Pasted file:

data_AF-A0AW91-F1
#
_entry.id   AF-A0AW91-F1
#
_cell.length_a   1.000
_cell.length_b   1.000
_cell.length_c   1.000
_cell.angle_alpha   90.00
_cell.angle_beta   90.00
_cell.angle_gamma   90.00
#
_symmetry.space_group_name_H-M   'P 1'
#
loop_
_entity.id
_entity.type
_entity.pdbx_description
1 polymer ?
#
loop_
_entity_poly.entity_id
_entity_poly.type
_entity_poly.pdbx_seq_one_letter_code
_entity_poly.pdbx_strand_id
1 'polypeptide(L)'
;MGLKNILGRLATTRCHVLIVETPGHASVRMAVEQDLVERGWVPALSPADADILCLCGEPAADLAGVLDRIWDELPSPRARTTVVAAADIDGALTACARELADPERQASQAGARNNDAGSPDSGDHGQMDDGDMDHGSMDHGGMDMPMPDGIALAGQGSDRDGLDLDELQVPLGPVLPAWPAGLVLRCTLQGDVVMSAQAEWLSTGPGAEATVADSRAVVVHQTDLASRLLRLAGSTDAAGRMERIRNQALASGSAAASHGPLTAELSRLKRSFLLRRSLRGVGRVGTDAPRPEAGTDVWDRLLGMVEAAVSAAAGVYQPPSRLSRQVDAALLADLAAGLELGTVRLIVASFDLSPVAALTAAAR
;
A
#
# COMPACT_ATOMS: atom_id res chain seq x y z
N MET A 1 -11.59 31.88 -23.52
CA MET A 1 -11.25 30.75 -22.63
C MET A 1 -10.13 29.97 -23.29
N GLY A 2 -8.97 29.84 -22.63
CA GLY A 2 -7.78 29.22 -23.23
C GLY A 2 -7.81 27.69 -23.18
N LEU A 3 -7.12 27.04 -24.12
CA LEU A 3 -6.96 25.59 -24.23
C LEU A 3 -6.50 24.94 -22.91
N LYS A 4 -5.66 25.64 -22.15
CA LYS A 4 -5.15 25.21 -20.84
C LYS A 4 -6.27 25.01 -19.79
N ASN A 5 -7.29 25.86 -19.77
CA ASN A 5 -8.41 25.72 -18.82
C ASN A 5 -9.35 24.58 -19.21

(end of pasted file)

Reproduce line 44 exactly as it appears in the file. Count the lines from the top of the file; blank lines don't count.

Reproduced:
CA ASN A 5 -8.41 25.72 -18.82